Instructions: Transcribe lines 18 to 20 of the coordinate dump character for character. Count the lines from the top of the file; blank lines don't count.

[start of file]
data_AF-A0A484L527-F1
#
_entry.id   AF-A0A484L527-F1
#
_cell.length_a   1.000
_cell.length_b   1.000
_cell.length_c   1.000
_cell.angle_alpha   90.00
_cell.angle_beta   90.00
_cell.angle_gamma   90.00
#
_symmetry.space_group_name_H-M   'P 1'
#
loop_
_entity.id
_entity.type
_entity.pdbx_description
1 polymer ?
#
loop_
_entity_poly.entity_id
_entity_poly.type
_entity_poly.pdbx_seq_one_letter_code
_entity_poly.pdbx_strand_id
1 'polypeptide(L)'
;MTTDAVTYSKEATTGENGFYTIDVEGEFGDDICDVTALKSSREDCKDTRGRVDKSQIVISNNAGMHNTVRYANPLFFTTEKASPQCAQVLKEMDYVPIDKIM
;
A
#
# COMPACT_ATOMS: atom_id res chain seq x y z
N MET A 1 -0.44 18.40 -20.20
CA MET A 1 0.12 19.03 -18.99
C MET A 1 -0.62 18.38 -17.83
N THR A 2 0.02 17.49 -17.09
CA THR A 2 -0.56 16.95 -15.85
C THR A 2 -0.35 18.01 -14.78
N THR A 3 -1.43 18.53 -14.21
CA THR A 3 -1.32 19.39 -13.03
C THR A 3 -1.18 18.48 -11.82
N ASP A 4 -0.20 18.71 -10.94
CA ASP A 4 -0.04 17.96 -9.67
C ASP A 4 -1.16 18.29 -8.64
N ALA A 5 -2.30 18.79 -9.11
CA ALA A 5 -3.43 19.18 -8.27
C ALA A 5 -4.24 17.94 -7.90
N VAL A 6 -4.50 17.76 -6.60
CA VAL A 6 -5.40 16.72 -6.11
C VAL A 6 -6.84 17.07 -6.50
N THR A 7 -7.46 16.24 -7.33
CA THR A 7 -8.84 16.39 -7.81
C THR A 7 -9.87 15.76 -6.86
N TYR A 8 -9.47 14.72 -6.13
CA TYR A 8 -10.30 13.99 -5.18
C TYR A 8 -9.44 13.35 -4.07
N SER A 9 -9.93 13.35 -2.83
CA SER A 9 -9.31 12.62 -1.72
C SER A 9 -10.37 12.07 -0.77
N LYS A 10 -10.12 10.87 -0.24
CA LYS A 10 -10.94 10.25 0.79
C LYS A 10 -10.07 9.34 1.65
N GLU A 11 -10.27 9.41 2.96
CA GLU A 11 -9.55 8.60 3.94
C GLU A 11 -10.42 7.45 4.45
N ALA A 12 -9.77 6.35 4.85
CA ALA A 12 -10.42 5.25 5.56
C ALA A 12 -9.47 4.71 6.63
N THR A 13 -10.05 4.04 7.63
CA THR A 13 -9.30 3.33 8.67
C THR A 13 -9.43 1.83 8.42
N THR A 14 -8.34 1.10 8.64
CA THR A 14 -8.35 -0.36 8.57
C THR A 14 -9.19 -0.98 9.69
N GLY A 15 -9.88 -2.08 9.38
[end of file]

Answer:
1 polymer ?
#
loop_